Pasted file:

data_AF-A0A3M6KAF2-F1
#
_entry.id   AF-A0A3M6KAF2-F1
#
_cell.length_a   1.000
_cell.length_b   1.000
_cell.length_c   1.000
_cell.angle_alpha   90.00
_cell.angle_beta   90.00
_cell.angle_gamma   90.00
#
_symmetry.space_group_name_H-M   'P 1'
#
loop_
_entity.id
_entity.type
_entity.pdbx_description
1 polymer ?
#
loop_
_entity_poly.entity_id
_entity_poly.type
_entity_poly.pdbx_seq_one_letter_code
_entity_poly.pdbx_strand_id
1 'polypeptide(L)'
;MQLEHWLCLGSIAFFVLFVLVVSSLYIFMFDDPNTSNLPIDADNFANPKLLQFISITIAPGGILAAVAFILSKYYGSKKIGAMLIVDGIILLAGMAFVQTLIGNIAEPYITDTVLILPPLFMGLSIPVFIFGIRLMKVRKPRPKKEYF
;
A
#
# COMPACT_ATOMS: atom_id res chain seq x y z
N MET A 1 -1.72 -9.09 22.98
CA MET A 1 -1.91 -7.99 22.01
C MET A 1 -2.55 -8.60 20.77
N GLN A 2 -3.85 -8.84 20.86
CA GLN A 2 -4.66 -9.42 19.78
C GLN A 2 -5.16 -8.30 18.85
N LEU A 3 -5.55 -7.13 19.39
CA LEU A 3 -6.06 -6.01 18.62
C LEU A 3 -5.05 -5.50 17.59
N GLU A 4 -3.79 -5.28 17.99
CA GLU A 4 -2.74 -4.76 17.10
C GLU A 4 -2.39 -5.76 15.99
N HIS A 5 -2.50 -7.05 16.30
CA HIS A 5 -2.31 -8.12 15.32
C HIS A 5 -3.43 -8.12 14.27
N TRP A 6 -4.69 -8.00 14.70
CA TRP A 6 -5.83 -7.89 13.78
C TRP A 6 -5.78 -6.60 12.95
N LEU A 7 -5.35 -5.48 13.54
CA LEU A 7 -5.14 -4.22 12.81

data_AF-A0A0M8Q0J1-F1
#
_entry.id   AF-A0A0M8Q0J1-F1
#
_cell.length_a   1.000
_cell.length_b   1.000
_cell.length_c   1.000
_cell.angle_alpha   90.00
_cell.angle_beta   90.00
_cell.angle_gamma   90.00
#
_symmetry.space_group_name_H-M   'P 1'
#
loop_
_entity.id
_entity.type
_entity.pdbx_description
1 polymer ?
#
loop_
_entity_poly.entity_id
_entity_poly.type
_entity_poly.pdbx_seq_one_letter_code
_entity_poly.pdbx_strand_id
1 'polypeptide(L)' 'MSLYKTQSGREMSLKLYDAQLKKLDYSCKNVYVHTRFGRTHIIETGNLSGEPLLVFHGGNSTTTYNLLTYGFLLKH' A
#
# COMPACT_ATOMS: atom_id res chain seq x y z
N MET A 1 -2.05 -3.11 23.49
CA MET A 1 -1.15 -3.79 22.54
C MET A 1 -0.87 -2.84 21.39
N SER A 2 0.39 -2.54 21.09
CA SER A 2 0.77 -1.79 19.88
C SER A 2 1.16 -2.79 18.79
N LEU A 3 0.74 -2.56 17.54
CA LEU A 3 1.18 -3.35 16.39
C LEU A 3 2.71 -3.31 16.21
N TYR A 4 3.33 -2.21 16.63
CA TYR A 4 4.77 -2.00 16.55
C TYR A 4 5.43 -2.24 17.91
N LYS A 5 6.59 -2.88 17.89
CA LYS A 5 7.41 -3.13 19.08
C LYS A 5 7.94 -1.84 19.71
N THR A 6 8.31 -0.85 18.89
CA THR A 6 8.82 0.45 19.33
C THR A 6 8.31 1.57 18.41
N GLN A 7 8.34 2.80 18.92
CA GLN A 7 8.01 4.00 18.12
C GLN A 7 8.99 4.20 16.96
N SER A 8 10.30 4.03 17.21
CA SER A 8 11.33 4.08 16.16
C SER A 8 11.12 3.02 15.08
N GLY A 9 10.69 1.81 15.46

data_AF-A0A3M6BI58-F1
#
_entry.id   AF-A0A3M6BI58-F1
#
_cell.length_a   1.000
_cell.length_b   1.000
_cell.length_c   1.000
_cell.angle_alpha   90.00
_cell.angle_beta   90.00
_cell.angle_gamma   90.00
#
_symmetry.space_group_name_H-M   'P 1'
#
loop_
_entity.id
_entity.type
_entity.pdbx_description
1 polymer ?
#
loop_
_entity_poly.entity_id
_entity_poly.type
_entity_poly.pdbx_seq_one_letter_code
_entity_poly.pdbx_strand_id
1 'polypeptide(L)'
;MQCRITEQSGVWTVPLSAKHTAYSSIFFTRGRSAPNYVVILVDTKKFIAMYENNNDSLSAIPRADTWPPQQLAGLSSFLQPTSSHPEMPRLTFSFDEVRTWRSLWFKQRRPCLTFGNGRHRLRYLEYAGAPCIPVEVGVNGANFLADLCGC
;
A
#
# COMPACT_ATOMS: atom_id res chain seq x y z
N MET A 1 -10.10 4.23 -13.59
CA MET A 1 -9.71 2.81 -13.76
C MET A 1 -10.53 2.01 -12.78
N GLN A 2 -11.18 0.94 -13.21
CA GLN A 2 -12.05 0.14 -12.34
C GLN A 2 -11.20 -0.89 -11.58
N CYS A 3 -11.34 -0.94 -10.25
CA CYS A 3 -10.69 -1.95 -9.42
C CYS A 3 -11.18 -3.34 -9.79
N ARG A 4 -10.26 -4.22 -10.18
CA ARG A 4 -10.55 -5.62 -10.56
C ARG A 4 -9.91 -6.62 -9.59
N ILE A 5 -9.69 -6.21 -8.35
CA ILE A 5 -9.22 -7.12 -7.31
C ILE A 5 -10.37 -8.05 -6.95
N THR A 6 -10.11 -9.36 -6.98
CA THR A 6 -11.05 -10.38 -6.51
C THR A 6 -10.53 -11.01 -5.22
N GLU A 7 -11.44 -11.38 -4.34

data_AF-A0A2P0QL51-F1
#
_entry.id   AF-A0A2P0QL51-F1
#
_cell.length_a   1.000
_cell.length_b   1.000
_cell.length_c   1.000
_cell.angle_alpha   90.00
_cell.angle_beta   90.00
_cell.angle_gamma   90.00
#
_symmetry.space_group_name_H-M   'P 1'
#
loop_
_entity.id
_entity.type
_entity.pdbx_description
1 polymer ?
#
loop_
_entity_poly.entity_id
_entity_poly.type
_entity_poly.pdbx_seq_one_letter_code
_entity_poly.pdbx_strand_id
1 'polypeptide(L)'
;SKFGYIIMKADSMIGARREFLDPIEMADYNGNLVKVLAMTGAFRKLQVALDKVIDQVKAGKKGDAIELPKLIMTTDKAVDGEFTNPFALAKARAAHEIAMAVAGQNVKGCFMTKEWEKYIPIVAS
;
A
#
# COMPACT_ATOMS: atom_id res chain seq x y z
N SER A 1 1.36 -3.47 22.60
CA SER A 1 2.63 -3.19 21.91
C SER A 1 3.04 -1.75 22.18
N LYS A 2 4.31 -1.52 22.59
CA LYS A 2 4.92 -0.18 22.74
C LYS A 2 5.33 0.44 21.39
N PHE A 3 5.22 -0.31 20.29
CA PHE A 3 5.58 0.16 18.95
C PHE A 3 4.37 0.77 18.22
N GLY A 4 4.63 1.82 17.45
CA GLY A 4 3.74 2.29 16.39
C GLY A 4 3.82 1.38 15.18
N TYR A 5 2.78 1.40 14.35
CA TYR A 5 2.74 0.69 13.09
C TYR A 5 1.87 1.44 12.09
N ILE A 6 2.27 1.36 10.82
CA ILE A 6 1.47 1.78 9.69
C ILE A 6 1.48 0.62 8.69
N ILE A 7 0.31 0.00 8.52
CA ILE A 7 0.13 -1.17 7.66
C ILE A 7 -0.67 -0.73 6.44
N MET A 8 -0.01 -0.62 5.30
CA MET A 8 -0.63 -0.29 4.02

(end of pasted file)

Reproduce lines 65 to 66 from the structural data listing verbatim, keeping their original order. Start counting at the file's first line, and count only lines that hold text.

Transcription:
_entity.id
_entity.type